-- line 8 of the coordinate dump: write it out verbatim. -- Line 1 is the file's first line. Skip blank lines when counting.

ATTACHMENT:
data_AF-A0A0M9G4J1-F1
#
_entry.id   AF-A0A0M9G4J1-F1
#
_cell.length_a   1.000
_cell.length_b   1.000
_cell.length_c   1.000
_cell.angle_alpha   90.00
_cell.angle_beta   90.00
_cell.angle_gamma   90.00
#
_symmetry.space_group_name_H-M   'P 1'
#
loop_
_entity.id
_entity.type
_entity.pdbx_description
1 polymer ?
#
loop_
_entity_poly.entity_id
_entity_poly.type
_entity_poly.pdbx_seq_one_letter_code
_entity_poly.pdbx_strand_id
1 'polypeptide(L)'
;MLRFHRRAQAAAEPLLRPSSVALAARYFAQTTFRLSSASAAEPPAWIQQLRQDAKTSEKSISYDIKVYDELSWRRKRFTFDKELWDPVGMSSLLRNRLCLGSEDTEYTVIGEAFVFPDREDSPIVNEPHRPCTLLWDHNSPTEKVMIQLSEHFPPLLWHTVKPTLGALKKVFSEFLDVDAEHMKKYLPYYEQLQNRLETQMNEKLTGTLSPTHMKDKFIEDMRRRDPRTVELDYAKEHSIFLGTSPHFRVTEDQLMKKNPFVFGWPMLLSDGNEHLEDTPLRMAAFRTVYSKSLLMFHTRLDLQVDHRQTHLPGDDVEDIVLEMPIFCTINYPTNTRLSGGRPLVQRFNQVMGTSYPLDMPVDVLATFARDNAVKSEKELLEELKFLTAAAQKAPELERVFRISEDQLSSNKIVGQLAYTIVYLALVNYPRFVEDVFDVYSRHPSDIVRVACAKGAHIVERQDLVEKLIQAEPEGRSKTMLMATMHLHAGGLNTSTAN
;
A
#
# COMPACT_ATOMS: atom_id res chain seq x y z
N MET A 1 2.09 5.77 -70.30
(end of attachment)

_cell.angle_alpha   90.00